To quote one of my favorite bloggers (because she captured what I thought perfectly):
Finn, after having been on an uncertain path for the future, declares to Mr. Schue that he wants to join the army, just like his dad. He's translated his original Glee speak of wanting to be a part of something special to being a part of the army, and honoring his deceased father's legacy. And frankly, I'm on board with a storyline where Finn can attempt to connect with his father and let go of some of his angst over manhood.
It turns out though, as Carole revealed to Finn, that Finn's father did not die an American hero in Iraq. Rather, he was discharged honorably, and suffered a drug problem when he returned home. After disappearing one night, he turned up dead in Cincinnati from an overdose. Pretty shocking, right? It rightfully turned Finn's world upside down and he was forced to deal.
I didn't like that so much of Finn's angst was framed solely in the discussion of what it means to be a man. Really, Glee? Are we still on this? Usually, it's done interestingly with the inclusion of Kurt, or another gay male character to introduce the question naturally and with thought-provoking results. (Because frankly, the answers to that question are pretty limiting, insulting to both genders, and, if you'll excuse me, complete bullshit.) But this time, neither Kurt nor Blaine were on the scene, and we instead got Will telling Finn he taught him how to be a man, and Finn questioning what kind of man he was after learning the truth about his dad. It also bears stating that Finn has previously told Will that he taught him how to be a man in the absence of his father, and that he also told Kurt that he taught him how to be a man. At this point, it's becoming a worn-thin plot device that isn't even progressing these characters in any real way.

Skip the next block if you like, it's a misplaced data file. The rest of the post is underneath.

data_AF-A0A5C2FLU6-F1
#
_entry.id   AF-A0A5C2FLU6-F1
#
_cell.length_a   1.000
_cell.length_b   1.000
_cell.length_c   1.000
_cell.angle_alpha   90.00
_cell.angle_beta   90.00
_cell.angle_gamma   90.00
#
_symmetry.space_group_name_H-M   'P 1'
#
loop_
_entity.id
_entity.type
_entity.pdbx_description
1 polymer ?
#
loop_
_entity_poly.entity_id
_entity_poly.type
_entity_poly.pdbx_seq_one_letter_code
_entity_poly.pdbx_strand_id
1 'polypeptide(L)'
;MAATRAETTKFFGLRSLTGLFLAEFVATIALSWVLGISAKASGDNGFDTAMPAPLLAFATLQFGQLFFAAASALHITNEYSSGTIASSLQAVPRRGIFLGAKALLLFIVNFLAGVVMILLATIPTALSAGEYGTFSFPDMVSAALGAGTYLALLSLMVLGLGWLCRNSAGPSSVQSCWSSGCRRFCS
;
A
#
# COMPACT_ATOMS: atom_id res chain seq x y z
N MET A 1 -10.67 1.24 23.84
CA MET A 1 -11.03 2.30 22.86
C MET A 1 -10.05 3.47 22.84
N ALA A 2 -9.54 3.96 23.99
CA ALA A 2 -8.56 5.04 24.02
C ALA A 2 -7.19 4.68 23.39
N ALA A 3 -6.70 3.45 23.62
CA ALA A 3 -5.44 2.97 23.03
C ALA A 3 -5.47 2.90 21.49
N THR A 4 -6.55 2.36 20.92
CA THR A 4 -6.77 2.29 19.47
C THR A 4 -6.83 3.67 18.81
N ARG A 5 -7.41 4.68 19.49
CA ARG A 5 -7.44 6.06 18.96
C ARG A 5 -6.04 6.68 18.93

Ultimately, Finn's crisis manifested in a lot of talk about not knowing what kind of man he was, and then channeling that somehow into feeling like he'd be okay if he just proposed to Rachel so he could love her forever. That doesn't really connect. It would have been stronger to see Finn have an actual emotional response independent of gender-centric bullshit, and allow him to work through his issues with his mother, who, may I remind everyone, also gave 50% of her genes to her kid. It would have been a better choice to see Finn be reassured that just because his father had struggles didn't mean that he was doomed to the same fate, and that he can look up to his strong, hardworking single mother just as much as his absent dad. It would be far less sexist, and give Carole Hudson a little more credit as a single woman trying to raise her son in Middle America. Not only that, but it would have been nice to get more sympathy for Finn's dad - it immediately crossed my mind that his drug issues could easily be connected to the emotional toll of fighting a war and returning home from it, which is far more three-dimensional and nuanced for Finn to deal with, rather than "my dad was a loser and I'm destined to be one too."
(You can read the entire bog post here: http://www.drsheblog....html?spref=tw)